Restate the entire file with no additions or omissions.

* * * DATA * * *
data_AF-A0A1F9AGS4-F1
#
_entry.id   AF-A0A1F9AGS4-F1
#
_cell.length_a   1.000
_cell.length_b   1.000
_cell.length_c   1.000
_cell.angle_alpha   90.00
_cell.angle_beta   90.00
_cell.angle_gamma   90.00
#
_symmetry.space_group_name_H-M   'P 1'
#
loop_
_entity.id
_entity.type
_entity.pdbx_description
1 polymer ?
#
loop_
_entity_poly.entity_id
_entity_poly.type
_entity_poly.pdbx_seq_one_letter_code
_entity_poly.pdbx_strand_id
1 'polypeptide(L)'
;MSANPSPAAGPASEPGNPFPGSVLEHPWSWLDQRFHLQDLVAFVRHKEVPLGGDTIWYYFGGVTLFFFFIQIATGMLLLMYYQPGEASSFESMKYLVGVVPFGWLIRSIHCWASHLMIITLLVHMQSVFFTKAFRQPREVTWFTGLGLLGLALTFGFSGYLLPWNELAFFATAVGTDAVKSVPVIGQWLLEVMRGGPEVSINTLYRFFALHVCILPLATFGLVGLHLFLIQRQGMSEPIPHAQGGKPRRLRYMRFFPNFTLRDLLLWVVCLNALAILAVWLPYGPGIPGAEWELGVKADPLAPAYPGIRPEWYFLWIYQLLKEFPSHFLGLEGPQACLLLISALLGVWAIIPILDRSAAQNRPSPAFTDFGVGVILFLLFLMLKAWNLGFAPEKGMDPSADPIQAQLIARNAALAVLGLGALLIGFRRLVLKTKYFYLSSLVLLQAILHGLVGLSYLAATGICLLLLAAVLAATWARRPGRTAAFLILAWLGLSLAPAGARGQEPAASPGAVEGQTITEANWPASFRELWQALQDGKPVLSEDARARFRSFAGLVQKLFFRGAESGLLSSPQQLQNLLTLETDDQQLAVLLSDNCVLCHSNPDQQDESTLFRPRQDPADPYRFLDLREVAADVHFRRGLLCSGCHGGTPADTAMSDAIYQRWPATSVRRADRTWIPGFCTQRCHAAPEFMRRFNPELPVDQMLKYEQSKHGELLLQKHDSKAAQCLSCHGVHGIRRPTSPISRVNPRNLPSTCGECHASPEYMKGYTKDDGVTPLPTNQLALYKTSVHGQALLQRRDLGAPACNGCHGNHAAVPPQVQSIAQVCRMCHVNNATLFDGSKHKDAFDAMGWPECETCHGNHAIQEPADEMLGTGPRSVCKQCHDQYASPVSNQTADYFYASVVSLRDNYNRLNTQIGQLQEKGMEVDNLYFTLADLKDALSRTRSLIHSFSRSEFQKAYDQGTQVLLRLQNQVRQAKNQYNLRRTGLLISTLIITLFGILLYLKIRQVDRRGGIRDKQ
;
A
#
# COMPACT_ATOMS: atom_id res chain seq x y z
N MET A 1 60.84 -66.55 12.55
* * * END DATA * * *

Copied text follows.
data_AF-A0A1F9AGS4-F1
#
_entry.id   AF-A0A1F9AGS4-F1
#
_cell.length_a   1.000
_cell.length_b   1.000
_cell.length_c   1.000
_cell.angle_alpha   90.00
_cell.angle_beta   90.00
_cell.angle_gamma   90.00
#
_symmetry.space_group_name_H-M   'P 1'
#
loop_
_entity.id
_entity.type
_entity.pdbx_description
1 polymer ?
#
loop_
_entity_poly.entity_id
_entity_poly.type
_entity_poly.pdbx_seq_one_letter_code
_entity_poly.pdbx_strand_id
1 'polypeptide(L)'
;MSANPSPAAGPASEPGNPFPGSVLEHPWSWLDQRFHLQDLVAFVRHKEVPLGGDTIWYYFGGVTLFFFFIQIATGMLLLMYYQPGEASSFESMKYLVGVVPFGWLIRSIHCWASHLMIITLLVHMQSVFFTKAFRQPREVTWFTGLGLLGLALTFGFSGYLLPWNELAFFATAVGTDAVKSVPVIGQWLLEVMRGGPEVSINTLYRFFALHVCILPLATFGLVGLHLFLIQRQGMSEPIPHAQGGKPRRLRYMRFFPNFTLRDLLLWVVCLNALAILAVWLPYGPGIPGAEWELGVKADPLAPAYPGIRPEWYFLWIYQLLKEFPSHFLGLEGPQACLLLISALLGVWAIIPILDRSAAQNRPSPAFTDFGVGVILFLLFLMLKAWNLGFAPEKGMDPSADPIQAQLIARNAALAVLGLGALLIGFRRLVLKTKYFYLSSLVLLQAILHGLVGLSYLAATGICLLLLAAVLAATWARRPGRTAAFLILAWLGLSLAPAGARGQEPAASPGAVEGQTITEANWPASFRELWQALQDGKPVLSEDARARFRSFAGLVQKLFFRGAESGLLSSPQQLQNLLTLETDDQQLAVLLSDNCVLCHSNPDQQDESTLFRPRQDPADPYRFLDLREVAADVHFRRGLLCSGCHGGTPADTAMSDAIYQRWPATSVRRADRTWIPGFCTQRCHAAPEFMRRFNPELPVDQMLKYEQSKHGELLLQKHDSKAAQCLSCHGVHGIRRPTSPISRVNPRNLPSTCGECHASPEYMKGYTKDDGVTPLPTNQLALYKTSVHGQALLQRRDLGAPACNGCHGNHAAVPPQVQSIAQVCRMCHVNNATLFDGSKHKDAFDAMGWPECETCHGNHAIQEPADEMLGTGPRSVCKQCHDQYASPVSNQTADYFYASVVSLRDNYNRLNTQIGQLQEKGMEVDNLYFTLADLKDALSRTRSLIHSFSRSEFQKAYDQGTQVLLRLQNQVRQAKNQYNLRRTGLLISTLIITLFGILLYLKIRQVDRRGGIRDKQ
;
A
#
# COMPACT_ATOMS: atom_id res chain seq x y z
N MET A 1 60.84 -66.55 12.55